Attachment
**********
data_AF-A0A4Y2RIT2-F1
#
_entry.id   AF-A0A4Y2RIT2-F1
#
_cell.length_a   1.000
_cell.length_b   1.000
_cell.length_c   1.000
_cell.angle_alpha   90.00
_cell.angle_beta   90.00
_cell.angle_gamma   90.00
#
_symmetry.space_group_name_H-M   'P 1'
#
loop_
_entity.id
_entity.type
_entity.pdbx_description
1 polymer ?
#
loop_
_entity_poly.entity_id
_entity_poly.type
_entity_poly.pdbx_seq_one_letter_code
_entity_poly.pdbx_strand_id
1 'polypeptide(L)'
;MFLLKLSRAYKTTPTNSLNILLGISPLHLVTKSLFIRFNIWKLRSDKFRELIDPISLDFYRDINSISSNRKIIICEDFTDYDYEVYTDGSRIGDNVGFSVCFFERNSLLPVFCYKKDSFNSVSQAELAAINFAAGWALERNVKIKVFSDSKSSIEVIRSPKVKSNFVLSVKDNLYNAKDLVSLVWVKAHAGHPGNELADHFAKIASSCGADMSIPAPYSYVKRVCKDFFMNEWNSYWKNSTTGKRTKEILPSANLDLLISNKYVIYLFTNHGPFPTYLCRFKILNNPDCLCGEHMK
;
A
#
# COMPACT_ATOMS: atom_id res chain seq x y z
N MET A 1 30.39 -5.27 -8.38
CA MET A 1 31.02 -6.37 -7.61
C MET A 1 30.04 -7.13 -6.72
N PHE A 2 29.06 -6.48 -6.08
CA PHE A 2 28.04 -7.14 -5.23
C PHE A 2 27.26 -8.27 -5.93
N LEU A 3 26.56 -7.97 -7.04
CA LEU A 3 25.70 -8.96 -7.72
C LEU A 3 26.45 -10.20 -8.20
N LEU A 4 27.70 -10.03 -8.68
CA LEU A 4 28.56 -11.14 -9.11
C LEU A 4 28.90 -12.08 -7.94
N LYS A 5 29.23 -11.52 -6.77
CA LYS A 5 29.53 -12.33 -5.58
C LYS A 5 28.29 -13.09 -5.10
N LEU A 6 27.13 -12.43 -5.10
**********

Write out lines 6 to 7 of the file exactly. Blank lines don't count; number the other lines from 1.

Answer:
_cell.length_b   1.000
_cell.length_c   1.000